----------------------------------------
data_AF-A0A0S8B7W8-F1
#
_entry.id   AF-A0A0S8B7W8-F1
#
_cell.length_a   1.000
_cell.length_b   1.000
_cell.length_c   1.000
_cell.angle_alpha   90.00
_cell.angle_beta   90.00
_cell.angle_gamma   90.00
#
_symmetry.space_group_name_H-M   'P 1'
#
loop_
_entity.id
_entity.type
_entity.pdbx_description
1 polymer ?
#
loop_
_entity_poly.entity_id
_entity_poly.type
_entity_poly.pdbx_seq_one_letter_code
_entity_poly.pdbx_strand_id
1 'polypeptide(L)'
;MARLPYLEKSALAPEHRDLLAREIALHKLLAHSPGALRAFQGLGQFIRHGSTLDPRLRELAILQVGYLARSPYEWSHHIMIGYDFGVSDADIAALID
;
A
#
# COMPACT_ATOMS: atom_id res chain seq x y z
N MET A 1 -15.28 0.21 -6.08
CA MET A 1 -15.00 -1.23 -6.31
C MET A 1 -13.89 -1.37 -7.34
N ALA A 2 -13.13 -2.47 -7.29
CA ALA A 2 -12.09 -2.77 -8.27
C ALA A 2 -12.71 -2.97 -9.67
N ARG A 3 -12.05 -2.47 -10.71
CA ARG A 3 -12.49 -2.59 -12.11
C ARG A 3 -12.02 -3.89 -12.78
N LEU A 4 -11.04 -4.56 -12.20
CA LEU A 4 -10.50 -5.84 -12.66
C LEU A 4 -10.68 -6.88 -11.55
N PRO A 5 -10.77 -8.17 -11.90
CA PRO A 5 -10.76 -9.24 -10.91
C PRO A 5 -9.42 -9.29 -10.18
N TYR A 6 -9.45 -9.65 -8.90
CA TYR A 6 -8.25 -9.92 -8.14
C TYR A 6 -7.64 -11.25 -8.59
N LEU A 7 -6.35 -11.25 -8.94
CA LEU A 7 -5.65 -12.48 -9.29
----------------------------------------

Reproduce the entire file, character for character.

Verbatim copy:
data_AF-A0A0S8B7W8-F1
#
_entry.id   AF-A0A0S8B7W8-F1
#
_cell.length_a   1.000
_cell.length_b   1.000
_cell.length_c   1.000
_cell.angle_alpha   90.00
_cell.angle_beta   90.00
_cell.angle_gamma   90.00
#
_symmetry.space_group_name_H-M   'P 1'
#
loop_
_entity.id
_entity.type
_entity.pdbx_description
1 polymer ?
#
loop_
_entity_poly.entity_id
_entity_poly.type
_entity_poly.pdbx_seq_one_letter_code
_entity_poly.pdbx_strand_id
1 'polypeptide(L)'
;MARLPYLEKSALAPEHRDLLAREIALHKLLAHSPGALRAFQGLGQFIRHGSTLDPRLRELAILQVGYLARSPYEWSHHIMIGYDFGVSDADIAALID
;
A
#
# COMPACT_ATOMS: atom_id res chain seq x y z
N MET A 1 -15.28 0.21 -6.08
CA MET A 1 -15.00 -1.23 -6.31
C MET A 1 -13.89 -1.37 -7.34
N ALA A 2 -13.13 -2.47 -7.29
CA ALA A 2 -12.09 -2.77 -8.27
C ALA A 2 -12.71 -2.97 -9.67
N ARG A 3 -12.05 -2.47 -10.71
CA ARG A 3 -12.49 -2.59 -12.11
C ARG A 3 -12.02 -3.89 -12.78
N LEU A 4 -11.04 -4.56 -12.20
CA LEU A 4 -10.50 -5.84 -12.66
C LEU A 4 -10.68 -6.88 -11.55
N PRO A 5 -10.77 -8.17 -11.90
CA PRO A 5 -10.76 -9.24 -10.91
C PRO A 5 -9.42 -9.29 -10.18
N TYR A 6 -9.45 -9.65 -8.90
CA TYR A 6 -8.25 -9.92 -8.14
C TYR A 6 -7.64 -11.25 -8.59
N LEU A 7 -6.35 -11.25 -8.94
CA LEU A 7 -5.65 -12.48 -9.29